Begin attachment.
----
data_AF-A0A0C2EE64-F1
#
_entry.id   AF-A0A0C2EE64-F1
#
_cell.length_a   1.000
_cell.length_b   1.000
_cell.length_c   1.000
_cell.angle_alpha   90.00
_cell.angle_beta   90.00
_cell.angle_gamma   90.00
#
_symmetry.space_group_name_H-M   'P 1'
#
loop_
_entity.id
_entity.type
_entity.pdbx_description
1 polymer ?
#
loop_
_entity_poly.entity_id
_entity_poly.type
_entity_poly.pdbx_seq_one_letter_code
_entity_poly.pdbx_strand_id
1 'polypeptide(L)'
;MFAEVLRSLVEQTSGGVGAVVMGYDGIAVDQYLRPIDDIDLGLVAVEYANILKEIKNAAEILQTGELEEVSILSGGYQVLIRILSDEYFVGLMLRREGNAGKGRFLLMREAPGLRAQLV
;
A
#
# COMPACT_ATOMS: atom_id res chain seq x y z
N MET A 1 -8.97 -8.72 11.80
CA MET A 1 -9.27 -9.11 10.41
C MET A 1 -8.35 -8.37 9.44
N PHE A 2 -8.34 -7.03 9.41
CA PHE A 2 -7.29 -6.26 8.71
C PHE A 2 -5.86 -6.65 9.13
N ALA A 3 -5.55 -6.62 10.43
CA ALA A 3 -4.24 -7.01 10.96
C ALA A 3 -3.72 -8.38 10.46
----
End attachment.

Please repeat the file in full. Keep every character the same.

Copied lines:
data_AF-A0A0C2EE64-F1
#
_entry.id   AF-A0A0C2EE64-F1
#
_cell.length_a   1.000
_cell.length_b   1.000
_cell.length_c   1.000
_cell.angle_alpha   90.00
_cell.angle_beta   90.00
_cell.angle_gamma   90.00
#
_symmetry.space_group_name_H-M   'P 1'
#
loop_
_entity.id
_entity.type
_entity.pdbx_description
1 polymer ?
#
loop_
_entity_poly.entity_id
_entity_poly.type
_entity_poly.pdbx_seq_one_letter_code
_entity_poly.pdbx_strand_id
1 'polypeptide(L)'
;MFAEVLRSLVEQTSGGVGAVVMGYDGIAVDQYLRPIDDIDLGLVAVEYANILKEIKNAAEILQTGELEEVSILSGGYQVLIRILSDEYFVGLMLRREGNAGKGRFLLMREAPGLRAQLV
;
A
#
# COMPACT_ATOMS: atom_id res chain seq x y z
N MET A 1 -8.97 -8.72 11.80
CA MET A 1 -9.27 -9.11 10.41
C MET A 1 -8.35 -8.37 9.44
N PHE A 2 -8.34 -7.03 9.41
CA PHE A 2 -7.29 -6.26 8.71
C PHE A 2 -5.86 -6.65 9.13
N ALA A 3 -5.55 -6.62 10.43
CA ALA A 3 -4.24 -7.01 10.96
C ALA A 3 -3.72 -8.38 10.46